- Autobiography of Mark Twain, Vol. 2 (2013), p. 216. Dictated 3 September 1906.
I urged that kings were dangerous. He said, then have cats. He was sure that
a royal family of cats would answer every purpose. They would be as useful as
any other royal family, they would know as much, they would have the same virtues
and the same treacheries, the same disposition to get up shindies with other
royal cats, they would be laughably vain and absurd and never know it, they
would be wholly inexpensive, finally, they would have as sound a divine right
as any other royal house. ... The worship of royalty being founded in unreason,
these graceful and harmless cats would easily become as sacred as any other
royalties, and indeed more so, because it would presently be noticed that they
hanged nobody, beheaded nobody, imprisoned nobody, inflicted no cruelties or
injustices of any sort, and so must be worthy of a deeper love and reverence
than the customary human king, and would certainly get it.
- A Connecticut Yankee in King Arthur's Court
"That cat will write her autograph all over your leg
if you let her."
- from memoirs of Clemens' secretary Mary Howden which were published in New York Herald, December 13, 1925
I simply can't resist a cat, particularly a purring one. They
are the cleanest, cunningest, and most intelligent things I know, outside of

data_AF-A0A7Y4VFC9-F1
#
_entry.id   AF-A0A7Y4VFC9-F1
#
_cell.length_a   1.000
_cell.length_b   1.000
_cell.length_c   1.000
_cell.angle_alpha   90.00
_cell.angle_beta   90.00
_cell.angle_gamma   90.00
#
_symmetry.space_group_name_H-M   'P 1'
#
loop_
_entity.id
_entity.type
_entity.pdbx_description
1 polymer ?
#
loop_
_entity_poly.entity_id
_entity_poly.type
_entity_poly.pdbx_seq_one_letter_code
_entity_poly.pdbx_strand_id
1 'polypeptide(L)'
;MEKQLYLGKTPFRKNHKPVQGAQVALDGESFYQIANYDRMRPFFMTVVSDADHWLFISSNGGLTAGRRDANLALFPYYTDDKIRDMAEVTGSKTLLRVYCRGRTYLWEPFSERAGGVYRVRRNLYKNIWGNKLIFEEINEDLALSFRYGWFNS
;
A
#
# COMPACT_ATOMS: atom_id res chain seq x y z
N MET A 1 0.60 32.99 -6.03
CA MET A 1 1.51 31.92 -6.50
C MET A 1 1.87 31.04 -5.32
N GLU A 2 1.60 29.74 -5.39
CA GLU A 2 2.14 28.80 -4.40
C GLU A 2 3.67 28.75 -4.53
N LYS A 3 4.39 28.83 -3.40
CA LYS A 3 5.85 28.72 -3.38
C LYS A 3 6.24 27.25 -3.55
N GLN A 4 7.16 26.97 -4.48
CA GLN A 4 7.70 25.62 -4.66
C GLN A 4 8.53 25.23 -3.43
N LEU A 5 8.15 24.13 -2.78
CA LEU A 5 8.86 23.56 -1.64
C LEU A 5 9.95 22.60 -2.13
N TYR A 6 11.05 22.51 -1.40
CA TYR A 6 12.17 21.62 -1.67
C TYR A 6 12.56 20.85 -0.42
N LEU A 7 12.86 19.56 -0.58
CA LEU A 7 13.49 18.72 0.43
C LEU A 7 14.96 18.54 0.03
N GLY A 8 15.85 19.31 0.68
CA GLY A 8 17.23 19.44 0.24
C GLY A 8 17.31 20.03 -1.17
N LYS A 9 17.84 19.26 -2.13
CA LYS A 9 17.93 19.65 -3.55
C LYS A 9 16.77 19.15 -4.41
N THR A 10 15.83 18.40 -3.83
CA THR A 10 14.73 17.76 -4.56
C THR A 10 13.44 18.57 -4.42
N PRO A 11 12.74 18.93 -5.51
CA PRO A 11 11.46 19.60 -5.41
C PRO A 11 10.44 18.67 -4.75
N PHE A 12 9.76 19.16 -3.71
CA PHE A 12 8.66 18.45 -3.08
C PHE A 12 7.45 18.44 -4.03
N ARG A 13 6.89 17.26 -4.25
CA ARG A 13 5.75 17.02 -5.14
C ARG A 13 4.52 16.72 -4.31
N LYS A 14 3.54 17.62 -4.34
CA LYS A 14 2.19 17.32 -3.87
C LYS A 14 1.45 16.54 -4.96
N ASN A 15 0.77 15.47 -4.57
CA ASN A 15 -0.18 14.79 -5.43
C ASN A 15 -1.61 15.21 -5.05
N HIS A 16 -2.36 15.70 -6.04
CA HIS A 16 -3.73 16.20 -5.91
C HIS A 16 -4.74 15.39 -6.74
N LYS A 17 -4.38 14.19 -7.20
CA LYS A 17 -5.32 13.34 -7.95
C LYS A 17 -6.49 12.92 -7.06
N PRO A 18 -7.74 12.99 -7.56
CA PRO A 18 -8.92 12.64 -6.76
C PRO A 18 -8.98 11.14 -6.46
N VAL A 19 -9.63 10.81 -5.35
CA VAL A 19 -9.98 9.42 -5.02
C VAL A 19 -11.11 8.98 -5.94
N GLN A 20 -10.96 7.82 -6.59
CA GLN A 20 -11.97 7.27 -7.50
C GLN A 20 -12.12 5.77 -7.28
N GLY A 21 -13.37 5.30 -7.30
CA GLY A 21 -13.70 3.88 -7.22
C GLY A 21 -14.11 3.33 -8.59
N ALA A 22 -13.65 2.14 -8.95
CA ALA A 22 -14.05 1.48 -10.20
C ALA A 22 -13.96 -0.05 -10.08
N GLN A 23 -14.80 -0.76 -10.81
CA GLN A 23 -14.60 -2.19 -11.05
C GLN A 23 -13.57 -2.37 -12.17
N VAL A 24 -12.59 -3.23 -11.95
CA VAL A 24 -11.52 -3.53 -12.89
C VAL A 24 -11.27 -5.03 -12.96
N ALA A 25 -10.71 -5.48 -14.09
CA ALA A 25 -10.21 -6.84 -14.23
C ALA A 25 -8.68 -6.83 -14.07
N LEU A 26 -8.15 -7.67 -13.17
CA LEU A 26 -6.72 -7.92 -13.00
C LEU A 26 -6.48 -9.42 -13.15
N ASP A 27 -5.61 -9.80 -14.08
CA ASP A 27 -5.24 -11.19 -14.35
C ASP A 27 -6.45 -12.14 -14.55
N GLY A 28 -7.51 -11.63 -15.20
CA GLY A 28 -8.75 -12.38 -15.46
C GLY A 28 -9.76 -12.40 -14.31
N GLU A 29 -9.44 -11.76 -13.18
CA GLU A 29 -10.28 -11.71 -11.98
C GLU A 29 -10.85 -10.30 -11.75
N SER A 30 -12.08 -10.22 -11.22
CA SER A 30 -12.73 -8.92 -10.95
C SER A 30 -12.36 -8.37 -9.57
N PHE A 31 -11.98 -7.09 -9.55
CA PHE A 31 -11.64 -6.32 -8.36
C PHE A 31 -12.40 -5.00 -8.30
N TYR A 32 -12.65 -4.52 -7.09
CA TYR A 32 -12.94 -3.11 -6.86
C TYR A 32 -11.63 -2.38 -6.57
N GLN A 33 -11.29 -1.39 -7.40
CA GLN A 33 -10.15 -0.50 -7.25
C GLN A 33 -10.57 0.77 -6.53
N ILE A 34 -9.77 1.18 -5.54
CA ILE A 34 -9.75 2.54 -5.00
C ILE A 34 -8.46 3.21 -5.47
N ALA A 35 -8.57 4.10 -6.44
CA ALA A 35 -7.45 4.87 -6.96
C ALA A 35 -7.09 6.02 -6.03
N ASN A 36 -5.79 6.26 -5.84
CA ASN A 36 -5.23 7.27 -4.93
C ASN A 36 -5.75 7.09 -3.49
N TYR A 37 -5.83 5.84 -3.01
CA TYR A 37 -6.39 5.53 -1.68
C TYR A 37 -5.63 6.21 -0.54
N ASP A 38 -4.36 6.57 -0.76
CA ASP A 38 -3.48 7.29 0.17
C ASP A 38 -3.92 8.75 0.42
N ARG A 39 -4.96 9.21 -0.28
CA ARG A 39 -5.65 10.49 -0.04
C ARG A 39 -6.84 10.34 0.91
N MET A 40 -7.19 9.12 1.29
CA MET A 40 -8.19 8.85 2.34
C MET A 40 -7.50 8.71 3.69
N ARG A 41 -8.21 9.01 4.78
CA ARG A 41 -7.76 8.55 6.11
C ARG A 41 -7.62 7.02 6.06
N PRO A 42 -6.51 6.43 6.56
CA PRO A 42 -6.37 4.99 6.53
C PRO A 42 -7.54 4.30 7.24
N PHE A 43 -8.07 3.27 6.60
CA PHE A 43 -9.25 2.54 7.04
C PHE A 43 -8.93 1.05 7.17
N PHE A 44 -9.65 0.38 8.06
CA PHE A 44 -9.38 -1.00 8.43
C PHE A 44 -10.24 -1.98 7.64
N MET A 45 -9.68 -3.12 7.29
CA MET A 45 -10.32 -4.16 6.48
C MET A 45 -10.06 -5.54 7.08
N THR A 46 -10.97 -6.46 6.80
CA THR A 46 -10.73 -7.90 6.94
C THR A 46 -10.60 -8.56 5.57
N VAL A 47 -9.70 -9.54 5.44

the girl you love, of course.
- quoted in Abroad with Mark Twain and Eugene Field, Fisher
|One of them likes to be crammed into a corner-pocket
of the billiard table -- which he fits as snugly as does a finger in a
glove and then he watches the game (and obstructs it) by the hour, and
spoils many a shot by putting out his paw and changing the direction of
a passing ball.
- Letter to Mable Larkin Patterson, 2 October 1908
The cat sat down. Still looking at us in that disconcerting
way, she tilted her head first to one side and then the other, inquiringly
and cogitatively, the way a cat does when she has struck the unexpected and
can't quite make out what she had better do about it. Next she washed one
side of her face, making such an awkward and unscientific job of it that almost
anybody would have seen that she was either out of practice or didn't know
how. She stopped with the one side, and looked bored, and as if she had only
been doing it to put in the time, and wished she could think of something
else to do to put in some more time. She sat a while, blinking drowsily, then
she hit an idea, and looked as if she wondered she hadn't thought of it earlier.
She got up and went visiting around among the furniture and belongings, sniffing
at each and every article, and elaborately examining it. If it was a chair,
she examined it all around, then jumped up in it and sniffed all over its
seat and its back; if it was any other thing she could examine all around,
she examined it all around; if it was a chest and there was room for her between
it and the wall, she crowded herself in behind there and gave it a thorough
overhauling; if it was a tall thing, like a washstand, she would stand on
her hind toes and stretch up as high as she could, and reach across and paw
at the toilet things and try to rake them to where she could smell them; if
it was the cupboard, she stood on her toes and reached up and pawed the knob;